"I didn't want to alarm you."

"And you thought keeping this from me would be a good thing?"

"I told you before, he's not missing. He just left for a while. Besides, you were busy trying to graduate, and your finals were coming. That's stressful enough. No need to worry you if I can help it. Your brother just left for a while. I assumed he'd be back before you got home. I figured you could be told when you got here if he wasn't."

My head was spinning, but I had to try to get a hold of his reasoning. True, it was a very stressful situation. Though my graduation was guaranteed before summer semester began, my GPA was not. My last semester was one of the hardest I'd had to endure.

"He'll be back," he reassured me.

"And you don't know where he went?"

He let out a frustrated exhale. "He's fine, Rachel."

"But you don't know where he is?"

"Your brother just needed some time away. Now, let's get you settled in."

"I'm not moving until you answer my questions." I inhaled in an attempt to suck up my frustration, but failed miserably. "How long has he been gone?" The question was breathed through clenched teeth.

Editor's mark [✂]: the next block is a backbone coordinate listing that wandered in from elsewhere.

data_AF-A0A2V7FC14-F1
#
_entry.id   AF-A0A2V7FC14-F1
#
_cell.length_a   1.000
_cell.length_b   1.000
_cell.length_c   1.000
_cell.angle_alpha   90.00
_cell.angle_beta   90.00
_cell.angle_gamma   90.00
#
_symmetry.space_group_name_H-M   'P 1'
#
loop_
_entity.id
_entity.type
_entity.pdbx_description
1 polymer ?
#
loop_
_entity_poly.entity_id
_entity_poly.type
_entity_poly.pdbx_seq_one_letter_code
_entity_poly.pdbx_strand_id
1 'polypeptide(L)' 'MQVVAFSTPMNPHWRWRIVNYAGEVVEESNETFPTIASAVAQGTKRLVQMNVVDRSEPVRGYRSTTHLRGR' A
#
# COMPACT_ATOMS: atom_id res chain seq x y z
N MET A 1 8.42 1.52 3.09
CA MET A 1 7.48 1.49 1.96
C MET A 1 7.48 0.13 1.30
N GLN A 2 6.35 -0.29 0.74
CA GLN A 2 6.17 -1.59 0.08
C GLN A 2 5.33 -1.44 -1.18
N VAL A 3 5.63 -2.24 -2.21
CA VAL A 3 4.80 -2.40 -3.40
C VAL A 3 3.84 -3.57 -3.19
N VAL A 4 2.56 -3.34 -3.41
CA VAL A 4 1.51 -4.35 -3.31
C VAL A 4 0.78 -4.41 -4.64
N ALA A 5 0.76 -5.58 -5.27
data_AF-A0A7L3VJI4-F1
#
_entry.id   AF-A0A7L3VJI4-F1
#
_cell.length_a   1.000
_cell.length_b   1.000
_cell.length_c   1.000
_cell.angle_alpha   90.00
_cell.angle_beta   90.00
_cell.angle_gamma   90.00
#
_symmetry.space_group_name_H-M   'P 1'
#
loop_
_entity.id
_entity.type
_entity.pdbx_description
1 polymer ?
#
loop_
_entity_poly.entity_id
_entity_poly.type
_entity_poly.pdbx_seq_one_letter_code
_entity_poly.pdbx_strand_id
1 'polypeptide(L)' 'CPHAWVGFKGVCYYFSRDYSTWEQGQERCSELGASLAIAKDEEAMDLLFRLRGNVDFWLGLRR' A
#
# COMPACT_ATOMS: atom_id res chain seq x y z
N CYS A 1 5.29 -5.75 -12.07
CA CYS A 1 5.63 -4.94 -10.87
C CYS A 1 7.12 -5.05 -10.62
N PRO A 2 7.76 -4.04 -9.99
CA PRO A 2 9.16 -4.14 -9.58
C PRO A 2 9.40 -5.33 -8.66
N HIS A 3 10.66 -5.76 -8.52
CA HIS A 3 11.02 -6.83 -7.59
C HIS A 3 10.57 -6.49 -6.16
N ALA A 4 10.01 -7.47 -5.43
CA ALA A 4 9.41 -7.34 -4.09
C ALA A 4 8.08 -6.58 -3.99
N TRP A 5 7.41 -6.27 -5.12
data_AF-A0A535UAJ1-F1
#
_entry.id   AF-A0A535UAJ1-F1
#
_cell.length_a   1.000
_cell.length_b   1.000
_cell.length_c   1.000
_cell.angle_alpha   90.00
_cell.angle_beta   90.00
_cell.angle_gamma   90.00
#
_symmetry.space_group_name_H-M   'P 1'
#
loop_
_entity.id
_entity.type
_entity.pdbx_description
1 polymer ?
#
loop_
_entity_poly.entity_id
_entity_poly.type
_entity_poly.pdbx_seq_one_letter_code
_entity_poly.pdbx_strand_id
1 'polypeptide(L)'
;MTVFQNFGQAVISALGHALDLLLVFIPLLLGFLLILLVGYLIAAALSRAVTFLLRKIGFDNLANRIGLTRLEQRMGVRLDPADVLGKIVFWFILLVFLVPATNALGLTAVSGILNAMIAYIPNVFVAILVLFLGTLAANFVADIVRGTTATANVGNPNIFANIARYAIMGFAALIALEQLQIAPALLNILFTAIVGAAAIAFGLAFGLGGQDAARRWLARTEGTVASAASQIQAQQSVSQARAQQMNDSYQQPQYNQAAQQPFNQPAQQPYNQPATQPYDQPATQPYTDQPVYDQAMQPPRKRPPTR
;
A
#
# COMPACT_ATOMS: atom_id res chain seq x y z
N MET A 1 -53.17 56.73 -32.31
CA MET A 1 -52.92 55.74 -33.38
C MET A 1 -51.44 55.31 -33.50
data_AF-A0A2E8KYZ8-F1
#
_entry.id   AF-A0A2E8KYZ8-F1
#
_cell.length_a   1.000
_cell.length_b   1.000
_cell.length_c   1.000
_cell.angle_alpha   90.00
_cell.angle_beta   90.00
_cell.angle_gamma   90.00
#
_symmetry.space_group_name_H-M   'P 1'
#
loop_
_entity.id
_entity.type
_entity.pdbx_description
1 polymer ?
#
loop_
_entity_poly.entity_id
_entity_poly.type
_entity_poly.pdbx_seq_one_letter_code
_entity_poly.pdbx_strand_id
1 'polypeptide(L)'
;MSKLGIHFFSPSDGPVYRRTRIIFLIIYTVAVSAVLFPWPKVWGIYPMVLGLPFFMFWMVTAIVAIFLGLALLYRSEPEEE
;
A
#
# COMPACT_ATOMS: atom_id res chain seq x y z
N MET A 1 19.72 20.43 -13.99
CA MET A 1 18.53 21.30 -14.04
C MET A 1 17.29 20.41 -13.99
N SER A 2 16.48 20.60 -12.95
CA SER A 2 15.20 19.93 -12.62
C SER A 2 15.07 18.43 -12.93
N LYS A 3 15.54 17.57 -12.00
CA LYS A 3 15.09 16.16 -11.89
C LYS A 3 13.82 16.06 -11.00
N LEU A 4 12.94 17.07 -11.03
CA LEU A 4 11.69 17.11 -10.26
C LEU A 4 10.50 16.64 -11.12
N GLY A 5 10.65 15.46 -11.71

I took another deep breath, trying to calm myself. I knew I was hardly home for fifteen minutes, so to come into my father's house yelling at him just wasn't right. "Dad, please," I said, sitting on our old couch in an effort to be eyelevel with him. "How long?"

He looked at me, his face calculating for a moment before he answered. "Since late June," he said.

"Dad." I shook my head in disbelief as I looked at him. "It's August."

His lips pressed into a straight line.

"What happened? Where did he go?"

He shook his head, a sharp exhale leaving his mouth. "I don't know, sweetheart."

"It doesn't make sense. Why would he run away? Why would he leave?"

"Maybe you should get settled in—"